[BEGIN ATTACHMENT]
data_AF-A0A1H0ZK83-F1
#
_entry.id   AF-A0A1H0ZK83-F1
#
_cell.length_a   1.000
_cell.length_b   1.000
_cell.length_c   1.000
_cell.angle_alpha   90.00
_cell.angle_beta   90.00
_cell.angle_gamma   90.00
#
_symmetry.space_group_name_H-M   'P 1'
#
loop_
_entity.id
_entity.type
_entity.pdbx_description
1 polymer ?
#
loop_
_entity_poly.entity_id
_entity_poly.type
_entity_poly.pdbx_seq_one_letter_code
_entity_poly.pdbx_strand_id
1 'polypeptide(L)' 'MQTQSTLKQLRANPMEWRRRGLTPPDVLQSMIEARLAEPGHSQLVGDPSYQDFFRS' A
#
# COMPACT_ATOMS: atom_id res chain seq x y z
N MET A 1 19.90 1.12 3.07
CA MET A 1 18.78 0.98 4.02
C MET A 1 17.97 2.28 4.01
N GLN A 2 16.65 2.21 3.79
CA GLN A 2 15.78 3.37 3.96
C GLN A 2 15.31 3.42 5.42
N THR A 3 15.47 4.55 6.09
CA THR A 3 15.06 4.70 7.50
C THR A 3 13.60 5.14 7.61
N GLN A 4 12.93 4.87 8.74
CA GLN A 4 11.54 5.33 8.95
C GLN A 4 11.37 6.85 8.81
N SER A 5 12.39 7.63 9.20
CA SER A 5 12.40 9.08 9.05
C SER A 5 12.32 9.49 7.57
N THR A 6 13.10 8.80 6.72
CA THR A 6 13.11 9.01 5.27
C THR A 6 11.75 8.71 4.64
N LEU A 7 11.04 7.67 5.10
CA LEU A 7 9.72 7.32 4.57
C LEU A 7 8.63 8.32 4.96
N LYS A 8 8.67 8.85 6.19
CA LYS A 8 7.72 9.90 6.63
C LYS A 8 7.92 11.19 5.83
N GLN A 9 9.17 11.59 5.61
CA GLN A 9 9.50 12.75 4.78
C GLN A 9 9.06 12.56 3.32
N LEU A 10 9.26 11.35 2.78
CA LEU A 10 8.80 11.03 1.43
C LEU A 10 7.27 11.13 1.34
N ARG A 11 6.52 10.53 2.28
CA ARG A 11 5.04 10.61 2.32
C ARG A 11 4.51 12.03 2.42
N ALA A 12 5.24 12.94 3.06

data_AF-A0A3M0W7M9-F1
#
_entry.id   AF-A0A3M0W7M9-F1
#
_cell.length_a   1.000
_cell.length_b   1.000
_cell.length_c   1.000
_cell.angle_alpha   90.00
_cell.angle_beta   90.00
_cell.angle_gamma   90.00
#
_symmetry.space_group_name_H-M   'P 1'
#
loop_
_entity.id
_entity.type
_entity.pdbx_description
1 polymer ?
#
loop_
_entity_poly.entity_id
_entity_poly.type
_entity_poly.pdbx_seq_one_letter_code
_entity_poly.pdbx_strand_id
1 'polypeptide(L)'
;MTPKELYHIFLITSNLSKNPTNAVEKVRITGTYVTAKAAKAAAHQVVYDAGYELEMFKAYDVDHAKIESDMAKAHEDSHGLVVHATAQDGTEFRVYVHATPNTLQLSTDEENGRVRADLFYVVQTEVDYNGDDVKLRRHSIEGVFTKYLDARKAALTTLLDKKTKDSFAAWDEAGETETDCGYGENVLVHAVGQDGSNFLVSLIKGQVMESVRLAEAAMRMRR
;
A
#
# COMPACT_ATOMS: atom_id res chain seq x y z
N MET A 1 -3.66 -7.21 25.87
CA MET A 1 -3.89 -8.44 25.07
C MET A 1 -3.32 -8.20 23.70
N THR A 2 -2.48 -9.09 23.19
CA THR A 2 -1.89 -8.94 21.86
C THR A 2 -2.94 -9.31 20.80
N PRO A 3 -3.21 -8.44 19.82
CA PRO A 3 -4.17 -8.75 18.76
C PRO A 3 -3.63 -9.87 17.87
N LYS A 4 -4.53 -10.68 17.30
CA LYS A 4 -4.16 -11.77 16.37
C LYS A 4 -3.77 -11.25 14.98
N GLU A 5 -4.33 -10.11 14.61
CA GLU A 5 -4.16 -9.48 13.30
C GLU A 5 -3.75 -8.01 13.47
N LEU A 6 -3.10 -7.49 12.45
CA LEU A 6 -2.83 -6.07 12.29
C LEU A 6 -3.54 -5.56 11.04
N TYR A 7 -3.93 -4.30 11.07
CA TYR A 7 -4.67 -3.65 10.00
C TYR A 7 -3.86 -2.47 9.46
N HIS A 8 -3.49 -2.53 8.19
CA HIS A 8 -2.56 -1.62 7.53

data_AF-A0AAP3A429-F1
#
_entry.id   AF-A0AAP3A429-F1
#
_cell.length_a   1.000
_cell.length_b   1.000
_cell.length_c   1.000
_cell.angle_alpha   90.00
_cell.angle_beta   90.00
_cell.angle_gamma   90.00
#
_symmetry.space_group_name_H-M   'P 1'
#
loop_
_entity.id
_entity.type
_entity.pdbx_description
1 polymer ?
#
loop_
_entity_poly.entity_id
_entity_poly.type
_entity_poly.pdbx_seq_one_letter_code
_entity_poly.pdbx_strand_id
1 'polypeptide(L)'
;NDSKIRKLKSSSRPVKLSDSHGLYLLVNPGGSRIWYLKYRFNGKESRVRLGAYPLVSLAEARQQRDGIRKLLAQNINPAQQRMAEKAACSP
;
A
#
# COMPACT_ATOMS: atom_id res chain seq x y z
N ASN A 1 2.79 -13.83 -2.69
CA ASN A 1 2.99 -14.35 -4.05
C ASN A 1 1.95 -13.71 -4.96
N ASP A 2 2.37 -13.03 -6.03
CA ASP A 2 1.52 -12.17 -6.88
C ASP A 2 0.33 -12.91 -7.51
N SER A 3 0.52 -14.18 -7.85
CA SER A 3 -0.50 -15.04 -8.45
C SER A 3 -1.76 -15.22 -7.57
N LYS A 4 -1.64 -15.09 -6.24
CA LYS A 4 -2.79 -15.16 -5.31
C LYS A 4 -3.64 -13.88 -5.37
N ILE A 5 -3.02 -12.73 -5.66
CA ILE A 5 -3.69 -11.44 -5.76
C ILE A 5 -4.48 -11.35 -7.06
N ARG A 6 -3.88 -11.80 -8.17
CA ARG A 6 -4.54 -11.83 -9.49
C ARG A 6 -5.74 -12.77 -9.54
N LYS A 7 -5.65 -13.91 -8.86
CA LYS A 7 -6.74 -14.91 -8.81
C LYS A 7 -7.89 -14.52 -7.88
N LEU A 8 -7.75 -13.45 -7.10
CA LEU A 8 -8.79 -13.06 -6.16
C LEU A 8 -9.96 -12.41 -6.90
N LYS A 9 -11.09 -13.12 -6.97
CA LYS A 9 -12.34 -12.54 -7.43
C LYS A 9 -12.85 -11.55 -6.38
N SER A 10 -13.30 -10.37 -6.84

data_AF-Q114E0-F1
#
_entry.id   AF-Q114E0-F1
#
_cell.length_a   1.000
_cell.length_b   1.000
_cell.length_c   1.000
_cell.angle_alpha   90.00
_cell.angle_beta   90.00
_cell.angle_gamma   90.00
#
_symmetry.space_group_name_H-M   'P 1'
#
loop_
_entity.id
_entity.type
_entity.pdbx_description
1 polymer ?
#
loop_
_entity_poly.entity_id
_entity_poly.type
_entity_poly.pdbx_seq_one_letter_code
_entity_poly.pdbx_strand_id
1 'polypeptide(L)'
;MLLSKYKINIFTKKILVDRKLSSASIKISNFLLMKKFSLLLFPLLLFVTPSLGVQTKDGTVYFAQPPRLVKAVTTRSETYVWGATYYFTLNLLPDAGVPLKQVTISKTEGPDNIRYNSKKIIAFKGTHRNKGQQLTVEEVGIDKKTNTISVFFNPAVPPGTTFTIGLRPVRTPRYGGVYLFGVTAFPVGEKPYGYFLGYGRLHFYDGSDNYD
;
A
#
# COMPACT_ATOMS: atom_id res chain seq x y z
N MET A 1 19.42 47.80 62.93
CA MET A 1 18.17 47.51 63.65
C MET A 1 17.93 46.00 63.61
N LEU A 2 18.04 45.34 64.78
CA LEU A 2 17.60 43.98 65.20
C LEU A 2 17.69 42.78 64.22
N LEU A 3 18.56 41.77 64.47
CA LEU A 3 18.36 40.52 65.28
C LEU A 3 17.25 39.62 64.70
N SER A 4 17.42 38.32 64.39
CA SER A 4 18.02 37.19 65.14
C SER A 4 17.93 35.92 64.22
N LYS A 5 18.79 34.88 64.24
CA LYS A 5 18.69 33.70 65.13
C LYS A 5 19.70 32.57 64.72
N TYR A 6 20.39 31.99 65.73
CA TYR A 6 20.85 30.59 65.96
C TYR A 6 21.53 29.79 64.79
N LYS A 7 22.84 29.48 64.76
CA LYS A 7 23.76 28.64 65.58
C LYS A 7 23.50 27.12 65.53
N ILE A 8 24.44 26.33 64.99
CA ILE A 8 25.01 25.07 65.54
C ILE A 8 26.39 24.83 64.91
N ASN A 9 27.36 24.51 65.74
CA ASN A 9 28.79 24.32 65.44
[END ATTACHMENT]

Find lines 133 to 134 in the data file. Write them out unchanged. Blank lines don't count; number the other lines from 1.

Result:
#
loop_